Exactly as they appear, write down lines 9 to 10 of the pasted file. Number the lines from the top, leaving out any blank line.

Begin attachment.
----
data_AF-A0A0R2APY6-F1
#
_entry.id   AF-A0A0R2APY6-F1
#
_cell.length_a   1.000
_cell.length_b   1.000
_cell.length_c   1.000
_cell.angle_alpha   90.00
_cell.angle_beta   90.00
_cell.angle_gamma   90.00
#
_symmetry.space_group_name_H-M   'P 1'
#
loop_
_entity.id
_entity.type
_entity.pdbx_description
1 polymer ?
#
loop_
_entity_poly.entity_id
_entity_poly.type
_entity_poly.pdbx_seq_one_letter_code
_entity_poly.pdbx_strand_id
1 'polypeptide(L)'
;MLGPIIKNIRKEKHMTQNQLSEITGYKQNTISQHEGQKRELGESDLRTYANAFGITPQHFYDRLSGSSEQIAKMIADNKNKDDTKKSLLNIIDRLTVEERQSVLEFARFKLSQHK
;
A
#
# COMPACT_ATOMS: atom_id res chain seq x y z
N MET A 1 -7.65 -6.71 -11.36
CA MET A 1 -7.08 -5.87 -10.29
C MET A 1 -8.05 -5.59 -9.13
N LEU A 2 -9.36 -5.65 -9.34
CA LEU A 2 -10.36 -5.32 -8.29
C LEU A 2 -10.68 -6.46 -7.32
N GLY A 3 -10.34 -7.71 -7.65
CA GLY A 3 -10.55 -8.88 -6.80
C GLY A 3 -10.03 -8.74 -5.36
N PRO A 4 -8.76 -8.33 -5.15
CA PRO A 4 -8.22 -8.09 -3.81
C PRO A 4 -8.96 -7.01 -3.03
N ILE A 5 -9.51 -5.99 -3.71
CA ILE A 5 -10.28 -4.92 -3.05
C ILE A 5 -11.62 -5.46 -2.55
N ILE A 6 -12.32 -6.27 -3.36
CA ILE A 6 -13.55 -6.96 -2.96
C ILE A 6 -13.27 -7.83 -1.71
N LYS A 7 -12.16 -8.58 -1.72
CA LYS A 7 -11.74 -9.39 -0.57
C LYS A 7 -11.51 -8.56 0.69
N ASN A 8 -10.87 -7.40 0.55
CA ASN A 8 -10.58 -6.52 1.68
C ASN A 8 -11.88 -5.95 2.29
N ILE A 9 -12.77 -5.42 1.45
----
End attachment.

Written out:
_cell.angle_beta   90.00
_cell.angle_gamma   90.00